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  1. #1
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    UART Transmitter by FPGA

    I want to send 8 bit data from FPGA to PC, 9600 baudrate, 8 bit data, 1 start&stop bit, no parity. I did coded my Basys3 Fpga and connected to PC. By using Tera Term, wanted to see how it works out. But probably something big I'm missing out. I just wrote a transmitter code and somewhere I saw that some button&top modules. Do I need them to see a 8-bit data's ASCII equivalent on my PC?

    My code is below,
    Code:
    library ieee;
    use ieee.std_logic_1164.all;
    
    
    entity rs232_omo is
    generic(clk_max:integer:=10400); --for baudrate
                                          
    
    port(
    
    clk : in std_logic;
    rst : in std_logic;
    start : in std_logic;
    input : in std_logic_vector(7 downto 0);
    done : out std_logic;
    output : out std_logic;
    showstates: out std_logic_vector(3 downto 0)
    
    );
    end entity;
    
    architecture dataflow of rs232_omo is
    
    type states is (idle_state,start_state,send_state,stop_state);
    signal present_state,next_state : states;
    signal data,data_next : std_logic;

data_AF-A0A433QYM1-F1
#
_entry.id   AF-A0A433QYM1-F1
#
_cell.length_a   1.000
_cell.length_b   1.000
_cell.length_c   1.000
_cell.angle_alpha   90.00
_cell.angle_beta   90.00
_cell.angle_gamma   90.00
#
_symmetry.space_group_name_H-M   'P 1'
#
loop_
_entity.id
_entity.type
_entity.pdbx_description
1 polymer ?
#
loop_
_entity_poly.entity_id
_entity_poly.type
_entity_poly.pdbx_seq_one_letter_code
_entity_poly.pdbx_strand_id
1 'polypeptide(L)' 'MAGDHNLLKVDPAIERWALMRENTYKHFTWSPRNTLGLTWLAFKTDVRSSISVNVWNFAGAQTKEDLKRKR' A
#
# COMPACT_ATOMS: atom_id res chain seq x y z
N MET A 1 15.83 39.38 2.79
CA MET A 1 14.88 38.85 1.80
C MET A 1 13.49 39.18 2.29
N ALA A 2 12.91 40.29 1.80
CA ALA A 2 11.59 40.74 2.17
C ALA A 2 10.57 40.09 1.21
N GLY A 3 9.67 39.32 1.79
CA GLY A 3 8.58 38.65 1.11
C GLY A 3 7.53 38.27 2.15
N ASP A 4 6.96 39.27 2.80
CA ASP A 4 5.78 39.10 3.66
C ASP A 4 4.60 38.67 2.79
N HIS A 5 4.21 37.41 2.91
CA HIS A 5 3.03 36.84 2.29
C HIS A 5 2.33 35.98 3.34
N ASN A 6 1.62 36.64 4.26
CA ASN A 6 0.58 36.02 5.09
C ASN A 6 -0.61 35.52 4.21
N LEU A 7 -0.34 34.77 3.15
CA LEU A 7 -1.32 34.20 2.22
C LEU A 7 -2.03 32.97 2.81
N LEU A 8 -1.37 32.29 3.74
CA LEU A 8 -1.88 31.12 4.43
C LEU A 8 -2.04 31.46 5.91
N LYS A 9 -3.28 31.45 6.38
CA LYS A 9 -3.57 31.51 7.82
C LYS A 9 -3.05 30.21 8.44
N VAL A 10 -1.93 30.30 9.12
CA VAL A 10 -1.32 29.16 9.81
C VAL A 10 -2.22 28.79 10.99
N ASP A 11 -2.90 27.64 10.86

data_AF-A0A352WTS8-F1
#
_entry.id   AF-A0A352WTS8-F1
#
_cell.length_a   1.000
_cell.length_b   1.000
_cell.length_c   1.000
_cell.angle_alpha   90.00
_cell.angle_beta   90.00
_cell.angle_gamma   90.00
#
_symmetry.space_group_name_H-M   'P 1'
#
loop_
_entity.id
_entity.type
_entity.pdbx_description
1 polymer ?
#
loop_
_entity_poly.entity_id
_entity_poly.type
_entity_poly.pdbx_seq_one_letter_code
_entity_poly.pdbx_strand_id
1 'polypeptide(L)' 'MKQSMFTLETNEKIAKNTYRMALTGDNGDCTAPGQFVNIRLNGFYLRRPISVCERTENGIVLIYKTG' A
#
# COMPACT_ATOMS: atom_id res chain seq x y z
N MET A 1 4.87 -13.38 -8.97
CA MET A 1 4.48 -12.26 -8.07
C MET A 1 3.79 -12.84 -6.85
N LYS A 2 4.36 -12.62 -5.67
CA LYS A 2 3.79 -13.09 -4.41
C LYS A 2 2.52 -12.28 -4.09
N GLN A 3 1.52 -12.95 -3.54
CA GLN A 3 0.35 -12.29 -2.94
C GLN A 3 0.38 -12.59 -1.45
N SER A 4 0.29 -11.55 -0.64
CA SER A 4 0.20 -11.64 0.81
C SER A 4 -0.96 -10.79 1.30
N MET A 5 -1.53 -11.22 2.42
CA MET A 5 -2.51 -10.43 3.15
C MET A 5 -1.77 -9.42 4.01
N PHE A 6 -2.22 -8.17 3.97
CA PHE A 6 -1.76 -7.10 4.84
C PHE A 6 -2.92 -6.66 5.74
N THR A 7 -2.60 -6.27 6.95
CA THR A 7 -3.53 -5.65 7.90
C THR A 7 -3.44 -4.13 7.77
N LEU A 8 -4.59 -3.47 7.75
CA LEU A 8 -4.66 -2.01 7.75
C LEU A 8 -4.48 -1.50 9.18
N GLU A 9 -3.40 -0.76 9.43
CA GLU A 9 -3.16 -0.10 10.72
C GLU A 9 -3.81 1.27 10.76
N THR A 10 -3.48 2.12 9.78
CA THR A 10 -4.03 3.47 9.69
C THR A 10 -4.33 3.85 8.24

begin
    
    
    process(clk,rst)
    variable count : integer range 0 to clk_max;
    variable index : integer range 0 to 10;
    begin
            
        if rst='1' then
            present_state<=idle_state;
            count:=0;
            data<='1';
            
            
        elsif rising_edge(clk) then
            
            present_state<=next_state;
            count:=count+1;
            index:=index+1;
            data<=data_next;
    
        end if;
    
    end process;
    
    process(present_state,data,clk,rst,start)
    variable count : integer range 0 to clk_max;
    variable index : integer range 0 to 10;
    begin
    
    done<='0';
    data_next<='1';
    
        case present_state is
        
            when idle_state =>
                showstates<="1000";
                data_next<='1';
                
                if start='1' and rst='0' then
                    count:=count+1;
                    if count=clk_max then
                        next_state<=start_state;
                        count:=0;
                    end if;    
                end if;
                
            when start_state =>
                showstates<="0100";
                data_next<='0';
               
                count:=count+1;
                if count=clk_max then
                    next_state<=send_state;
                    count:=0;
                end if;
            
            when send_state =>
                showstates<="0010";
                count:=count+1;
                data_next<=input(index);
                
                if count=clk_max then
                    if index=7 then
                        index:=0;
                        next_state<=stop_state;
                    else
                        index:=index+1;
                    end if;
                count:=0;
                end if;
    
            when stop_state =>